--------------------
When asked “What are the secrets of good cooking? Escoffier replied, “There are three: butter, butter and butter.”

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Thanks everyone, I'm feeling better now.  :wink:

My sweet husband ate that damned pie with the soggy bottom and proclaimed it the best cherry pie he'd ever eaten. I'm going to put your suggestions to use next time, though.

Wow... sounds like he's a "keeper!" :biggrin:


John DePaula
formerly of DePaula Confections
Hand-crafted artisanal chocolates & gourmet confections - …Because Pleasure Matters…
--------------------
When asked “What are the secrets of good cooking? Escoffier replied, “There are three: butter, butter and butter.”

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Why not just parbake, though?

I'm bad at this too!! Even with the old fill the crust with beans method, my crust shrinks. I think I will just have to put in some more time practicing, as some have suggested. I guess there are worse kinds of "homework" to have!

Seriously, though, baking a good pie is one of those things that is much harder than it looks.

You do need to let your dough rest before rolling out and filling the pan. You can let it rest afterwards in the 'frigo before baking, too.

Yes, and also make sure when you place it in the pie pan, you do not stretch it to fit. You have to actually pick it up and move it where it needs to be. Any place that is stretched will shrink back.

I always follow Cook's Illustrated's timing when I do have to bake a pie shell. It works great. You do 40 minutes in the refrigerator and then 20 minutes in the freezer. Then you weight and bake.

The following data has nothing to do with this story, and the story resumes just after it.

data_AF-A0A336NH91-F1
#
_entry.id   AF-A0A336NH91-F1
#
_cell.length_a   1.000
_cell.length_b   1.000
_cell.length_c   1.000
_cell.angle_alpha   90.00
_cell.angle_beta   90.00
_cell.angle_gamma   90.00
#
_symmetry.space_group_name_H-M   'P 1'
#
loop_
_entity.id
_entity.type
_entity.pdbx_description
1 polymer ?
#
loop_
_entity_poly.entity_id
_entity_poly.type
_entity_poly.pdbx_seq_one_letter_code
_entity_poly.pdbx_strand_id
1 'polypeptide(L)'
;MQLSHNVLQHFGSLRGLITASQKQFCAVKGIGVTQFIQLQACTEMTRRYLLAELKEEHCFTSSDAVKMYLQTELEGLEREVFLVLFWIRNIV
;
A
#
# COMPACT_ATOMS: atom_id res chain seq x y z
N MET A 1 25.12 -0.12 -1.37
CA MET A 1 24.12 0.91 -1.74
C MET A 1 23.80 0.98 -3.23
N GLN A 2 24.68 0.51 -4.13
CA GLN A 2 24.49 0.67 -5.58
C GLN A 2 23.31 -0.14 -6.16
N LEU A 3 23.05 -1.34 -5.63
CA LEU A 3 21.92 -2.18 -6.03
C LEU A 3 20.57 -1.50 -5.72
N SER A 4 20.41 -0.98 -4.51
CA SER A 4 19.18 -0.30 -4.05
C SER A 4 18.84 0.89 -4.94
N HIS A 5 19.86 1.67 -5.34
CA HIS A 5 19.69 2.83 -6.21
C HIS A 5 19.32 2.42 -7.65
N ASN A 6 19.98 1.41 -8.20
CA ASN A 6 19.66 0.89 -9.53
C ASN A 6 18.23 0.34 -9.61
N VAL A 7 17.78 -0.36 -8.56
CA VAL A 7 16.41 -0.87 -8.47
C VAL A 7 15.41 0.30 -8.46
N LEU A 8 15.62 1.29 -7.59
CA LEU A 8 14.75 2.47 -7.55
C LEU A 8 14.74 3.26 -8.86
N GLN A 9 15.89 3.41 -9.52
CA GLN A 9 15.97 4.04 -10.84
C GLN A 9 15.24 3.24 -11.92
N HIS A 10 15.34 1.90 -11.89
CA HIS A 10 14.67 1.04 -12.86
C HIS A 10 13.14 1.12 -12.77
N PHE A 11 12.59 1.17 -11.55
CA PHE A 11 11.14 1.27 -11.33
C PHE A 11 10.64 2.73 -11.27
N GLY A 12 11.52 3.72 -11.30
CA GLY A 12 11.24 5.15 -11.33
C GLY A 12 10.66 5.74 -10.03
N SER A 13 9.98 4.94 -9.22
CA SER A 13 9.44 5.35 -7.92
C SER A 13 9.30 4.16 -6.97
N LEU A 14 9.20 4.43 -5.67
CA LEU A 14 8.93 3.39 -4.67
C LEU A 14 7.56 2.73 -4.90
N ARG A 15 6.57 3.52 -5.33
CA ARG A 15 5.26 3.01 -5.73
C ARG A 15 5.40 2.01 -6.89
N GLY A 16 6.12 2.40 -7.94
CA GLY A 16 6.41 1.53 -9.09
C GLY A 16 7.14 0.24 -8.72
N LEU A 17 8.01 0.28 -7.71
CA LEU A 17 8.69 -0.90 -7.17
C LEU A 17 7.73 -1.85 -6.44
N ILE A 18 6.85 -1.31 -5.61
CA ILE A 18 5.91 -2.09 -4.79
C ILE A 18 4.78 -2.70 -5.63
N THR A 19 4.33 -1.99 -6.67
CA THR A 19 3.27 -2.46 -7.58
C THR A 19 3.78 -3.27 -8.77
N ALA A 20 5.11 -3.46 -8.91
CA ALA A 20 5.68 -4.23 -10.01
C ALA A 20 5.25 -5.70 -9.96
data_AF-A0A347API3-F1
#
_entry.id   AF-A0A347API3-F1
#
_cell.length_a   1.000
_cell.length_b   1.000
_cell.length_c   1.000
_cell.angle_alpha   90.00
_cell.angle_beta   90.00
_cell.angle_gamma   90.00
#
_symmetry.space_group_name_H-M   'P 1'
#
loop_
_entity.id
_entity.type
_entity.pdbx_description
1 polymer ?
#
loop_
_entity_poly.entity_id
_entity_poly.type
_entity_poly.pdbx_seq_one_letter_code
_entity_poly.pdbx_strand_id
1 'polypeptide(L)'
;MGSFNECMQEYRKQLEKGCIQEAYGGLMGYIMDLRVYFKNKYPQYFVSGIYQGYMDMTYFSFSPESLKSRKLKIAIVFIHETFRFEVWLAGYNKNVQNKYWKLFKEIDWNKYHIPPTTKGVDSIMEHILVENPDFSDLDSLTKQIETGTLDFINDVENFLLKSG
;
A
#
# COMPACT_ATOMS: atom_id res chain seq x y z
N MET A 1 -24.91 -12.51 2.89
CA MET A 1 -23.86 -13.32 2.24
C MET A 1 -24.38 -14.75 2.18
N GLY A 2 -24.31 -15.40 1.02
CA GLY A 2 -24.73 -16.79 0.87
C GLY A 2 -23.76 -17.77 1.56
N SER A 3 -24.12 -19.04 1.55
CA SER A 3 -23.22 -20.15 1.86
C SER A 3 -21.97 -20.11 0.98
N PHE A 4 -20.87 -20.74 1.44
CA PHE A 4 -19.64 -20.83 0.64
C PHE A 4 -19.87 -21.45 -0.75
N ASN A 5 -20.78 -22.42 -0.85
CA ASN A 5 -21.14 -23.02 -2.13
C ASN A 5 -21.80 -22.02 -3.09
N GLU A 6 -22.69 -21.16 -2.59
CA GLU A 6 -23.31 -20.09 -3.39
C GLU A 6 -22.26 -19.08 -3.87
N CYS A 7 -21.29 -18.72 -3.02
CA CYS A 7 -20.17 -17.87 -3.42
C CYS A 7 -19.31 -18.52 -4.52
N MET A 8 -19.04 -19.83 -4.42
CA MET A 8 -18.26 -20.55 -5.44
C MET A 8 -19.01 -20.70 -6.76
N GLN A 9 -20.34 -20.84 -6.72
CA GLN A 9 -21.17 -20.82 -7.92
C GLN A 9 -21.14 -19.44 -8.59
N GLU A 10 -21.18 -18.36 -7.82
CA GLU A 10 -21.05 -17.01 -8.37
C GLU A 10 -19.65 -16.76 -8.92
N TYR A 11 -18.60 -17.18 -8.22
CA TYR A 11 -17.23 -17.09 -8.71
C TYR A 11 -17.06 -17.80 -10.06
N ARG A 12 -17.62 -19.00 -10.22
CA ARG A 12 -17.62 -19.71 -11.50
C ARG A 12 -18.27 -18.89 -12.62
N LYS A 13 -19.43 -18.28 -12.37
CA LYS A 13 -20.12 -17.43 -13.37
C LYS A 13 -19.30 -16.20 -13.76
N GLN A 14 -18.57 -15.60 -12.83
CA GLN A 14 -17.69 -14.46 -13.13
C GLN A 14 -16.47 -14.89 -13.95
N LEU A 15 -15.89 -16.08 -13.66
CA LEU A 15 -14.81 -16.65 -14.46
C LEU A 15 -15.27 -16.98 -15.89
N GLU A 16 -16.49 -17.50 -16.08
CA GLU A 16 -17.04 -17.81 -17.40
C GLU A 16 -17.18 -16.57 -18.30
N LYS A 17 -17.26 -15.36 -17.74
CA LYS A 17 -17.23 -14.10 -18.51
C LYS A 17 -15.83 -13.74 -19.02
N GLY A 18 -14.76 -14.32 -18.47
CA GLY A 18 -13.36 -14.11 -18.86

-Becca

www.porterhouse.typepad.com

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Oh. I always parbake. I didn't know that you weren't supposed to parbake the bottom crust for double crust pies. I just thought what worked for single crust would work for double crust too.


May

Totally More-ish: The New and Improved Foodblog

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Interesting, I also put them on the stone, but I do it first, then move it up. I also coat the bottom, but most of the time I use a complementary flavored perserve/glaze. My timing varies according to the type of pie/tart I'm making. Next time I'll try it in reverse.

I would worry that the glass pie plate might shatter if I set it on a very hot baking stone. But you haven't had that problem?

The preserves are a good idea--I'll have to try that!


MaryMc

Seattle, WA